J&J plant fixes behind schedule, hampering brands' return

Johnson & Johnson's ($JNJ) manufacturing overhaul has hit some unexpected roadblocks. During yesterday's earnings call, CFO Dominic Caruso admitted J&J is behind schedule on fixing production flaws that led to an FDA consent decree. So, it's also behind schedule on reintroducing consumer drugs made at its troubled plants.

"It is difficult to accurately predict the speed of recovery, and as such we are in fact behind where we thought we might be at this point," Caruso said (as quoted by The New York Times). The fixes are also proving more costly than expected, he said.

A major consumer-drug plant in Fort Washington, PA--shut down in 2010 after FDA inspection failures--probably won't reopen until the end of next year, Caruso said. And even though some consumer brands could come back to stores this year--as J&J had predicted--others probably won't until 2013. "That was the biggest surprise because they had said one thing, and it's not necessarily clear why there is a change," said Miller Tabak portfolio manager Les Funtleyder, as quoted by the NYT.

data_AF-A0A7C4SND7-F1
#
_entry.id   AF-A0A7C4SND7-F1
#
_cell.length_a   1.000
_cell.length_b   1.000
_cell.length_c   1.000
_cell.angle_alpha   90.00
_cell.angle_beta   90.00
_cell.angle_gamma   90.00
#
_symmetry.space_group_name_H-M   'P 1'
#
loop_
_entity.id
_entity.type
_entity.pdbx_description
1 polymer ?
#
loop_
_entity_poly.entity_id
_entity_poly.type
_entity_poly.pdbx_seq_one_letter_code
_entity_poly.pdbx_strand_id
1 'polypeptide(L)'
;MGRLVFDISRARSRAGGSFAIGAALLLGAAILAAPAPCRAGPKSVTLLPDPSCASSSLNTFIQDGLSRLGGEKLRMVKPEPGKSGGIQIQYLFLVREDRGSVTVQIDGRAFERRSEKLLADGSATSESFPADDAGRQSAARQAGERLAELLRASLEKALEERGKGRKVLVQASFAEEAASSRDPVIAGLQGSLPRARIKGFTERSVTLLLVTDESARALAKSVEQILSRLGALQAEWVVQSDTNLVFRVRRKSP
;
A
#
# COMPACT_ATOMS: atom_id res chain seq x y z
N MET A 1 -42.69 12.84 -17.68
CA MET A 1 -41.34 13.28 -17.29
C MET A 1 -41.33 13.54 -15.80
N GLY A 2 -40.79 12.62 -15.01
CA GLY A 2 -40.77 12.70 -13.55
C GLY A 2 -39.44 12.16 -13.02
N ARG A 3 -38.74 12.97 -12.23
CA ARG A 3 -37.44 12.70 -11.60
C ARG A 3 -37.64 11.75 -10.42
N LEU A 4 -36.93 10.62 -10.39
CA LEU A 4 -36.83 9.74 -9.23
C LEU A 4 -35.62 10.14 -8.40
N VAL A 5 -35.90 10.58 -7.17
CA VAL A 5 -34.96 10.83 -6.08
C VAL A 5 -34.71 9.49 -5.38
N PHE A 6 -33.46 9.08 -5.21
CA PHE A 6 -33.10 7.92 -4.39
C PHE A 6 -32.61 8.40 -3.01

The consumer unit's production problems have had a lasting effect on sales; for the first quarter, those products fell off by 2.4% compared with last year. And the longer J&J's products stay off the market, the longer those sales are likely to suffer. Plus, consumers have more opportunity to transfer their loyalties to other brands.

- read the NYT story